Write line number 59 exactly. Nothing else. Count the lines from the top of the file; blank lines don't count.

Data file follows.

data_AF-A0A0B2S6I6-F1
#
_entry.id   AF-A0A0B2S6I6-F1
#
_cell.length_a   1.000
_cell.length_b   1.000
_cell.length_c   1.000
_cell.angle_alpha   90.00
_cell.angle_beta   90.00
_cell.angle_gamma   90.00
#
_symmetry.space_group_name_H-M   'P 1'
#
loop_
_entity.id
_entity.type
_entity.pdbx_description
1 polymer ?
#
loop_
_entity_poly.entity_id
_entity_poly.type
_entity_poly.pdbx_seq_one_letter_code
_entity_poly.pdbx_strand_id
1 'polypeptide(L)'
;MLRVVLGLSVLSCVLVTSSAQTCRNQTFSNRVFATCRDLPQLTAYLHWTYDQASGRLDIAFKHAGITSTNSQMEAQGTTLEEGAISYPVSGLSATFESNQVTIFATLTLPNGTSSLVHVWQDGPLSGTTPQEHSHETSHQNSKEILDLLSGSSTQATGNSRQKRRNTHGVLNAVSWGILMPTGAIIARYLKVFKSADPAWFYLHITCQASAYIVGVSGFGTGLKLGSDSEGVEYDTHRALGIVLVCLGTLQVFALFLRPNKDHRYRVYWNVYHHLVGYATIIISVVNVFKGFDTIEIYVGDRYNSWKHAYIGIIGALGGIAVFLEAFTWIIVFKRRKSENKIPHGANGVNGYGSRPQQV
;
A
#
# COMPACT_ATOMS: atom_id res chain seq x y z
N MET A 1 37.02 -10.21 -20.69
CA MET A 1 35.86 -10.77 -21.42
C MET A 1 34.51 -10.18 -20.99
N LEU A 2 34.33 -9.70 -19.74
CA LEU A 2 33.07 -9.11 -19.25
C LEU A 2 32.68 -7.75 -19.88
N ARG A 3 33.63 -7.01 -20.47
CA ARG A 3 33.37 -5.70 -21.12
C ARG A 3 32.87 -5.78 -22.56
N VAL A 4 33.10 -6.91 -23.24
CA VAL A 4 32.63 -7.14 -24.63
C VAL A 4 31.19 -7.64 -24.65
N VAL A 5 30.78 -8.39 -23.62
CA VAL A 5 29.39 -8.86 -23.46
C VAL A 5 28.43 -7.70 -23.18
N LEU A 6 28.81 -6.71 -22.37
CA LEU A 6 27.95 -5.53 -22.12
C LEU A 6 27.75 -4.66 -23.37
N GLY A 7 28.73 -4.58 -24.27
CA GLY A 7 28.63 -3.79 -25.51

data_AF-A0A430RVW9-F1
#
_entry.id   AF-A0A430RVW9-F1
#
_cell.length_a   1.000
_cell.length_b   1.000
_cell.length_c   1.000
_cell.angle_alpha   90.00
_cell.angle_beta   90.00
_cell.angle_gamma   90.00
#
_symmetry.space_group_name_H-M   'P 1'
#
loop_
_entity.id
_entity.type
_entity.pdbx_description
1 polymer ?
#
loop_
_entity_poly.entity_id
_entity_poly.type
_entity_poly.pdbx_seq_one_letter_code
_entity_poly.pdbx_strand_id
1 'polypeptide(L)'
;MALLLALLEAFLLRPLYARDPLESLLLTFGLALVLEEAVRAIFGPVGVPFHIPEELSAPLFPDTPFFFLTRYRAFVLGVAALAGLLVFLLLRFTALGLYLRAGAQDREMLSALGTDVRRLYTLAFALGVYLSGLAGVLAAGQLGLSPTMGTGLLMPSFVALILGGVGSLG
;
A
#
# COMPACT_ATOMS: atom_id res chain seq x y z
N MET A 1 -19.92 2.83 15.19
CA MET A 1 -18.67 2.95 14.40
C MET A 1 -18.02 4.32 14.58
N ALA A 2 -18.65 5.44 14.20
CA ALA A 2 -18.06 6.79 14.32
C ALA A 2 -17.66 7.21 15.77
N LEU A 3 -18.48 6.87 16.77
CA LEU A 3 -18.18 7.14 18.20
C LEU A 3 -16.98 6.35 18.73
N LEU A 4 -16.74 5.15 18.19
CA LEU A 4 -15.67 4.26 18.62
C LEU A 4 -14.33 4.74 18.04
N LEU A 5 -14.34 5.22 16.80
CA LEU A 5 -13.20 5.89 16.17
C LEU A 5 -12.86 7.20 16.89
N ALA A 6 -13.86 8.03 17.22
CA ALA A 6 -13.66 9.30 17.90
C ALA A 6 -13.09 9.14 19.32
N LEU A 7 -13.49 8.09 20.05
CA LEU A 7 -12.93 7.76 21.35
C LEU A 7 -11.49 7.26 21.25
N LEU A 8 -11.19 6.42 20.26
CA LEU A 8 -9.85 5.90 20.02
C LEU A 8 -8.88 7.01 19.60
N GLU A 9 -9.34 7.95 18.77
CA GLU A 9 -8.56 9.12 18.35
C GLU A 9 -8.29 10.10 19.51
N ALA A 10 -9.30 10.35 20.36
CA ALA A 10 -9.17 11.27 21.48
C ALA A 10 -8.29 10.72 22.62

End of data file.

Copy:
_cell.angle_beta   90.00